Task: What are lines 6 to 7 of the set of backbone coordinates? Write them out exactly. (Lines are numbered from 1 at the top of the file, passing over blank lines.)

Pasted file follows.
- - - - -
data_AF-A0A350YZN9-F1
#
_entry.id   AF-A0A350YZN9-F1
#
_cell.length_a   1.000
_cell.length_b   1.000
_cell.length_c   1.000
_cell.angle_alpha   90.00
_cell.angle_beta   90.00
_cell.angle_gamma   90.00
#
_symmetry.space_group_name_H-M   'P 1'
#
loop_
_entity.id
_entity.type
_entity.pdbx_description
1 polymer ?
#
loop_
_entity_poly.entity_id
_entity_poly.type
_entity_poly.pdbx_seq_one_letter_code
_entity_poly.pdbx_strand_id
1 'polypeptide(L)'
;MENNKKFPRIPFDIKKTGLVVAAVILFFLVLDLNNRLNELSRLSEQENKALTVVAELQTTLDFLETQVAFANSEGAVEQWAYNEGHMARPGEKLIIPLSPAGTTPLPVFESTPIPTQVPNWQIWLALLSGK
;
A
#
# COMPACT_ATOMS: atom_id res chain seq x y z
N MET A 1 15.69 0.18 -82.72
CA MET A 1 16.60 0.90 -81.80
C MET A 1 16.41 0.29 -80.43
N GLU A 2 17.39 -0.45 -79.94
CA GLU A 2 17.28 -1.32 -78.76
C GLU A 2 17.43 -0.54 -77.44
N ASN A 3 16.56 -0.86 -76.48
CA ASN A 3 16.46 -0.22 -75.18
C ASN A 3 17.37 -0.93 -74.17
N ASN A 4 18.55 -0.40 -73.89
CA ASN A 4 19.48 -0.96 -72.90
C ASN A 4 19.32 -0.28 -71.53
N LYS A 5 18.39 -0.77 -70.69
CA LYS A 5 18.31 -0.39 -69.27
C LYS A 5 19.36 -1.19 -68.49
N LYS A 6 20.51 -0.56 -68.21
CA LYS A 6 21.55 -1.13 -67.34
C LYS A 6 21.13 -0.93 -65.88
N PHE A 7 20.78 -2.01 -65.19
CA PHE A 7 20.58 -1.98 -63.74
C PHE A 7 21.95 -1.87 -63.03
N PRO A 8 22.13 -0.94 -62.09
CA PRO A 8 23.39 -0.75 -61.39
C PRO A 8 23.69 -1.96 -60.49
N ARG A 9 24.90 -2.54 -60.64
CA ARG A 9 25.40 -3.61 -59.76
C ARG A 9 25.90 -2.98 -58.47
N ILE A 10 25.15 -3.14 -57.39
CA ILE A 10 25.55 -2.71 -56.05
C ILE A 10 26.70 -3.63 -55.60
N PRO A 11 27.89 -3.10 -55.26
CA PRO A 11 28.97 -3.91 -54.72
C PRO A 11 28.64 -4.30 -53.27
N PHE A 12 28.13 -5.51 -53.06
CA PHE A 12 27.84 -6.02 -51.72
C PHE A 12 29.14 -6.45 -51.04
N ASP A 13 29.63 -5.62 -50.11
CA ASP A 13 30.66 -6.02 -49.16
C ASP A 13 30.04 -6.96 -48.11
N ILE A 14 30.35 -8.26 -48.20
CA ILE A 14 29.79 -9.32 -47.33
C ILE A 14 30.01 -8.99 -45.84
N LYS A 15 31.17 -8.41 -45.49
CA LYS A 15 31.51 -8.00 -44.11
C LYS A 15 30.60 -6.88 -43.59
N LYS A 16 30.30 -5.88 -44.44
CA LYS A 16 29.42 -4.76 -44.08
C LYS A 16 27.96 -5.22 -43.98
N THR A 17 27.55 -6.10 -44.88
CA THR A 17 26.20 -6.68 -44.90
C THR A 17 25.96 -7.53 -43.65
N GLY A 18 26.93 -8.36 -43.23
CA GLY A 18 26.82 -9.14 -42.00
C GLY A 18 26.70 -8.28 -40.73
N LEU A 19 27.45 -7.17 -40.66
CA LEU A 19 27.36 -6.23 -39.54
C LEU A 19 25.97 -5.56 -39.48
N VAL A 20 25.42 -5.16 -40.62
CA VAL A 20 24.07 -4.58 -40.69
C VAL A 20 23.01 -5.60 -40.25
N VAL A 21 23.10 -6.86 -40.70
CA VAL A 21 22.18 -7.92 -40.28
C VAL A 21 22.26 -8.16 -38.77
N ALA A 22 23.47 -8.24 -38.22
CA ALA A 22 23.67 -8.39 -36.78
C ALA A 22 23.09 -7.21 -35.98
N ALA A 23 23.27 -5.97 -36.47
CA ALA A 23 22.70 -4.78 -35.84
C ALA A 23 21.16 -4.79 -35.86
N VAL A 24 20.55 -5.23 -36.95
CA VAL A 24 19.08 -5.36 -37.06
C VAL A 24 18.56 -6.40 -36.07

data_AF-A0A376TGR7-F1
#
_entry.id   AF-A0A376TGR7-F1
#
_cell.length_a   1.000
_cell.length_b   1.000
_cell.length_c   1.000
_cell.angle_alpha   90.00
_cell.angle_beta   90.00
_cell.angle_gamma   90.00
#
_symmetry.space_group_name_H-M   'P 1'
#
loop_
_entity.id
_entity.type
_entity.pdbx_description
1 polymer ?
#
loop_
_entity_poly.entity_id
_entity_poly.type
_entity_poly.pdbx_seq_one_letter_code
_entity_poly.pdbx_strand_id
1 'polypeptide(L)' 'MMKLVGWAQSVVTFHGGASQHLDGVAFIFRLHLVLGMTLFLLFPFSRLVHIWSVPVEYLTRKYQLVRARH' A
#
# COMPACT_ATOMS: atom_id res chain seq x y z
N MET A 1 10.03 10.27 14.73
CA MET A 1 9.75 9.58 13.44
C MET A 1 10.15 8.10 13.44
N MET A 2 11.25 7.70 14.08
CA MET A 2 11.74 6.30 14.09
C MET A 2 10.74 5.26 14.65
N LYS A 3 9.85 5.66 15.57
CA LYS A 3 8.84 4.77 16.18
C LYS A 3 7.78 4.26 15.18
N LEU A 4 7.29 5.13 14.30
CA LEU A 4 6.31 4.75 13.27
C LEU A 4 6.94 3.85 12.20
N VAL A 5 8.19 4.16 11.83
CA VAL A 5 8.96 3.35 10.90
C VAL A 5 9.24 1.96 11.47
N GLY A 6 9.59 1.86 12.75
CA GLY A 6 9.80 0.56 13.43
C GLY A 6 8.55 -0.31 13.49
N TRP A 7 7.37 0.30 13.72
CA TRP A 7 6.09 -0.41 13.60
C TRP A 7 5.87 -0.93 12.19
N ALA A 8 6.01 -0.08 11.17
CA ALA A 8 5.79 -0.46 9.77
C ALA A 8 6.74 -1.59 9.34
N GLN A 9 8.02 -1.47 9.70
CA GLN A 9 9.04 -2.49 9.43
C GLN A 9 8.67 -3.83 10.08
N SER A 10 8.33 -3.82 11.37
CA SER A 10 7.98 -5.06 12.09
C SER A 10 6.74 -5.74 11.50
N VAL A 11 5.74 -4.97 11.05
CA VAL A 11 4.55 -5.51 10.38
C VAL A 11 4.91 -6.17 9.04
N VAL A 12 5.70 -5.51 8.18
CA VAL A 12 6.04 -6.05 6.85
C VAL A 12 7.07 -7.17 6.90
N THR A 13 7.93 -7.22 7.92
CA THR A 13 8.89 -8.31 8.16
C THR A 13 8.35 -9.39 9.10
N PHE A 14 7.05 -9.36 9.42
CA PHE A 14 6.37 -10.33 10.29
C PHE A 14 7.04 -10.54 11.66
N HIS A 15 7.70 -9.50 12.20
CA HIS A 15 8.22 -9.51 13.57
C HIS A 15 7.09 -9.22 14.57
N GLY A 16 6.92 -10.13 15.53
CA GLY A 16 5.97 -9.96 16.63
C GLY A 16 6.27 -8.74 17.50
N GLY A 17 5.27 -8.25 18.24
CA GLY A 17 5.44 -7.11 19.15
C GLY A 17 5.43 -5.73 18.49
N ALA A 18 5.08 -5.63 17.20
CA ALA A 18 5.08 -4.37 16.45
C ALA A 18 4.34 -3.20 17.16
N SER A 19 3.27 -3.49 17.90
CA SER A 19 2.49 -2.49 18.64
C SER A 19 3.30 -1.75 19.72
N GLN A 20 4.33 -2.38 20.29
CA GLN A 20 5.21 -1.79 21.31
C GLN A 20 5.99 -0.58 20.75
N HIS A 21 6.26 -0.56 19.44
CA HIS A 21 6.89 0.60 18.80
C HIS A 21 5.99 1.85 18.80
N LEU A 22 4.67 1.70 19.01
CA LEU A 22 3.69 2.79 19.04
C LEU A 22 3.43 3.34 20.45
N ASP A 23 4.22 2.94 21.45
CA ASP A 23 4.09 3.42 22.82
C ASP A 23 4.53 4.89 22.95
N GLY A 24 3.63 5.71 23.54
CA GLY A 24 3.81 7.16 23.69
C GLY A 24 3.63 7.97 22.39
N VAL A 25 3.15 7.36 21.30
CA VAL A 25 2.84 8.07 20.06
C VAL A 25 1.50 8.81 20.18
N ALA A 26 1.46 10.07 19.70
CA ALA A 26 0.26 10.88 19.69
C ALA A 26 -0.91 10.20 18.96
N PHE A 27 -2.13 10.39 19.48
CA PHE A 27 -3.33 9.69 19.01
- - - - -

_cell.length_b   1.000
_cell.length_c   1.000